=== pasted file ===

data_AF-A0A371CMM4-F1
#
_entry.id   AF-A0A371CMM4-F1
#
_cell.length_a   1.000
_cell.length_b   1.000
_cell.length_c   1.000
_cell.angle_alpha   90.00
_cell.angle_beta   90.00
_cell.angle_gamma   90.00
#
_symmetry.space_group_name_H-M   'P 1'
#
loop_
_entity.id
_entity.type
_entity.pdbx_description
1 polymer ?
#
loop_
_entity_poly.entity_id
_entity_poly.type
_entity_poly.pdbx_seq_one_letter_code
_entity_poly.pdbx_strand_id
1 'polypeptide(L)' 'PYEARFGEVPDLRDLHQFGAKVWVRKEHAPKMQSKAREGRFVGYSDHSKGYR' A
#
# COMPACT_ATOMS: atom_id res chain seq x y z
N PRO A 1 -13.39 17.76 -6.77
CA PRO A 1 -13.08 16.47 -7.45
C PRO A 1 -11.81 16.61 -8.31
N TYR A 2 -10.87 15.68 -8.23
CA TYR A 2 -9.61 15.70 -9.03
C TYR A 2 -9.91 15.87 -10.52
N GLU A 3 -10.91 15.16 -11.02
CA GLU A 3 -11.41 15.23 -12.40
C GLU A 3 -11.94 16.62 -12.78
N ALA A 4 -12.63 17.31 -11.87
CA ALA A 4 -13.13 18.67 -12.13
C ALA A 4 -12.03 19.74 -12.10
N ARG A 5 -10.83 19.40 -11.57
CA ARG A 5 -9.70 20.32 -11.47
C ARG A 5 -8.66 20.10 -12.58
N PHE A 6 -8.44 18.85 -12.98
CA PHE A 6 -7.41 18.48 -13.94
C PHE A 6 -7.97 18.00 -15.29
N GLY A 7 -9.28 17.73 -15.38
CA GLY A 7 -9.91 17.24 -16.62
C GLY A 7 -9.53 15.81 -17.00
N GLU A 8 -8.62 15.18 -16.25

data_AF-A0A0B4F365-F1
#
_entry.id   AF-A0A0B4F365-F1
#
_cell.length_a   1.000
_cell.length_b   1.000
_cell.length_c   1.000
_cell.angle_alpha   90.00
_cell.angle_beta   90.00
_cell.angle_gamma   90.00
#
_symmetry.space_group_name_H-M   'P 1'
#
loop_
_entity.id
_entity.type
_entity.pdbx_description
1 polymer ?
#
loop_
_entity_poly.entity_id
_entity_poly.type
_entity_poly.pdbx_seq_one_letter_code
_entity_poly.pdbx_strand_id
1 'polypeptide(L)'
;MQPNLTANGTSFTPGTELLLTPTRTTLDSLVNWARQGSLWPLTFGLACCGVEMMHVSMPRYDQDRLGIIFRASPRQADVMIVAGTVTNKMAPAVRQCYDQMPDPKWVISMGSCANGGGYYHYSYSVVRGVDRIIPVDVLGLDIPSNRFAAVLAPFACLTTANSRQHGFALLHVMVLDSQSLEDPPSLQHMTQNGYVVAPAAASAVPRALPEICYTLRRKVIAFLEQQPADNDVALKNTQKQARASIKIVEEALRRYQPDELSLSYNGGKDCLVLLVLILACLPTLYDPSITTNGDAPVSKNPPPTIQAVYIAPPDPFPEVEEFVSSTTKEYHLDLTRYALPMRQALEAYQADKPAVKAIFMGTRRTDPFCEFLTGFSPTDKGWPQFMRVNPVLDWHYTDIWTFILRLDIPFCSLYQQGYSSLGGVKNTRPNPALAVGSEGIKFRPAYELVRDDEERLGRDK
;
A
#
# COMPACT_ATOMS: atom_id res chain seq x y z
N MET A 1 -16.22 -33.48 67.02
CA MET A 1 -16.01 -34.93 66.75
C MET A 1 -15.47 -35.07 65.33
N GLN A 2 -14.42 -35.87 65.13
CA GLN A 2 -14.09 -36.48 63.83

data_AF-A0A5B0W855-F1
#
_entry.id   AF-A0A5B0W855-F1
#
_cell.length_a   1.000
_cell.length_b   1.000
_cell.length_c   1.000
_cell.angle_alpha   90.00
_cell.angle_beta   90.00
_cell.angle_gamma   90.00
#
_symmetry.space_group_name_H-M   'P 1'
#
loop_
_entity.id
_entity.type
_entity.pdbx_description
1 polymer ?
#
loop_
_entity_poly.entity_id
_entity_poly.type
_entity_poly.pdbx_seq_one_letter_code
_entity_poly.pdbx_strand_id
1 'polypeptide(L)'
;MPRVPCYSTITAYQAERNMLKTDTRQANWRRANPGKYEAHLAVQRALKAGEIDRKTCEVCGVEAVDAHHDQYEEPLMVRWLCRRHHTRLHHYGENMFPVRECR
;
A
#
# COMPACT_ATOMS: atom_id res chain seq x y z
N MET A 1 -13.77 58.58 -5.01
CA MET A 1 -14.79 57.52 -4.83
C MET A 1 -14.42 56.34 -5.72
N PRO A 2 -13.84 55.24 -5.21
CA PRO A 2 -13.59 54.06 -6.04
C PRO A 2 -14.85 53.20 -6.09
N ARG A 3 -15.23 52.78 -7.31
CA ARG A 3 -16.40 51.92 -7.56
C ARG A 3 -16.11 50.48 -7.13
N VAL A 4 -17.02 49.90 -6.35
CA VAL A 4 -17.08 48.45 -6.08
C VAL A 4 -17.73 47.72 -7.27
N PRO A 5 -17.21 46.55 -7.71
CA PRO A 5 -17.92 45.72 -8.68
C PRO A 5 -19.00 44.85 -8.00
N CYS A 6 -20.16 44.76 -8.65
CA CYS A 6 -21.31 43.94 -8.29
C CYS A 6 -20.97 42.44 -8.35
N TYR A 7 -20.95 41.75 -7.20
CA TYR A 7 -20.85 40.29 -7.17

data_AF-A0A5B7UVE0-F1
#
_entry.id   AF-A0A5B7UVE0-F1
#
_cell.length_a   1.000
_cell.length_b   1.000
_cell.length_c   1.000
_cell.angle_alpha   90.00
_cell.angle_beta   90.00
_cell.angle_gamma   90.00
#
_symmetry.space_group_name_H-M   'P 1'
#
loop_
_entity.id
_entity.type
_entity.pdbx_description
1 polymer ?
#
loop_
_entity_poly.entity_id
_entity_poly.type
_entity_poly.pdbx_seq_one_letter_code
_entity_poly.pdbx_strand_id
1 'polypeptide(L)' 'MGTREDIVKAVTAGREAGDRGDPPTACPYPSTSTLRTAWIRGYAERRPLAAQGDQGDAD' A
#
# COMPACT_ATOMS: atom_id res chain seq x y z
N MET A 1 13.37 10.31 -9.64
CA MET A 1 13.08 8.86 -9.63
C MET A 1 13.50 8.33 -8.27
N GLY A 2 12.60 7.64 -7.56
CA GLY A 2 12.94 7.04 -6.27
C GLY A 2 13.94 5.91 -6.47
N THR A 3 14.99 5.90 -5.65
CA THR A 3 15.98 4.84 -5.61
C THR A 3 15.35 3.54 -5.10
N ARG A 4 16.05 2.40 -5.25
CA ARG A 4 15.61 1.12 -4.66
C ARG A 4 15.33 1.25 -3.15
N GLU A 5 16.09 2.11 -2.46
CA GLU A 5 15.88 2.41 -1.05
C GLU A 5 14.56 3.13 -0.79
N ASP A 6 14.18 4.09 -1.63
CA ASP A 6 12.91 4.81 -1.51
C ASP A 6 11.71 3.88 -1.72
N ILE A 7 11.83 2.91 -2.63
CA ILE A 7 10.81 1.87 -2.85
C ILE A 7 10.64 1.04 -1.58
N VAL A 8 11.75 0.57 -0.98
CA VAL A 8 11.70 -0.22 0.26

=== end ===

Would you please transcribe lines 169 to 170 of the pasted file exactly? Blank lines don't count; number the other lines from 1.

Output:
CA THR A 3 15.98 4.84 -5.61
C THR A 3 15.35 3.54 -5.10